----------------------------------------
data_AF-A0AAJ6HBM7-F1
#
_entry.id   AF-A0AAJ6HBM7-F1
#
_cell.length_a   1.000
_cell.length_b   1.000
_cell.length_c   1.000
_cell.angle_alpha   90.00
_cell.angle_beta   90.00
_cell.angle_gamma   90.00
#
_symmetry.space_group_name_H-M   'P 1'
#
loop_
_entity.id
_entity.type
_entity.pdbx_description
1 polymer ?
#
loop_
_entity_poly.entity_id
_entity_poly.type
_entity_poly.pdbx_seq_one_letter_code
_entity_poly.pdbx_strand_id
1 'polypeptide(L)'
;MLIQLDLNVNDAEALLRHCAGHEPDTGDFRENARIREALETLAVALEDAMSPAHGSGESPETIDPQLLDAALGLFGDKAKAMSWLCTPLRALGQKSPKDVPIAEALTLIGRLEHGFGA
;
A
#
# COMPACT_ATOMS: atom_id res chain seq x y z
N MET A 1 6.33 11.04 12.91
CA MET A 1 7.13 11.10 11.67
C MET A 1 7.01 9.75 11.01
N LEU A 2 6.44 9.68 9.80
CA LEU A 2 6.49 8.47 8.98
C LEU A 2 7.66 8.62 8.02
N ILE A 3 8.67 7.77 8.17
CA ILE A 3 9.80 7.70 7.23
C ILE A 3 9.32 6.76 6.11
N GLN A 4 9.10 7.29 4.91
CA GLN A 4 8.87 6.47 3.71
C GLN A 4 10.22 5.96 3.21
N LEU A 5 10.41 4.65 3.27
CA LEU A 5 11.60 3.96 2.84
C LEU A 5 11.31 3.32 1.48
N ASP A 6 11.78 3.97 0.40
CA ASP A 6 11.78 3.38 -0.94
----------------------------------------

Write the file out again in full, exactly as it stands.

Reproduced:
data_AF-A0AAJ6HBM7-F1
#
_entry.id   AF-A0AAJ6HBM7-F1
#
_cell.length_a   1.000
_cell.length_b   1.000
_cell.length_c   1.000
_cell.angle_alpha   90.00
_cell.angle_beta   90.00
_cell.angle_gamma   90.00
#
_symmetry.space_group_name_H-M   'P 1'
#
loop_
_entity.id
_entity.type
_entity.pdbx_description
1 polymer ?
#
loop_
_entity_poly.entity_id
_entity_poly.type
_entity_poly.pdbx_seq_one_letter_code
_entity_poly.pdbx_strand_id
1 'polypeptide(L)'
;MLIQLDLNVNDAEALLRHCAGHEPDTGDFRENARIREALETLAVALEDAMSPAHGSGESPETIDPQLLDAALGLFGDKAKAMSWLCTPLRALGQKSPKDVPIAEALTLIGRLEHGFGA
;
A
#
# COMPACT_ATOMS: atom_id res chain seq x y z
N MET A 1 6.33 11.04 12.91
CA MET A 1 7.13 11.10 11.67
C MET A 1 7.01 9.75 11.01
N LEU A 2 6.44 9.68 9.80
CA LEU A 2 6.49 8.47 8.98
C LEU A 2 7.66 8.62 8.02
N ILE A 3 8.67 7.77 8.17
CA ILE A 3 9.80 7.70 7.23
C ILE A 3 9.32 6.76 6.11
N GLN A 4 9.10 7.29 4.91
CA GLN A 4 8.87 6.47 3.71
C GLN A 4 10.22 5.96 3.21
N LEU A 5 10.41 4.65 3.27
CA LEU A 5 11.60 3.96 2.84
C LEU A 5 11.31 3.32 1.48
N ASP A 6 11.78 3.97 0.40
CA ASP A 6 11.78 3.38 -0.94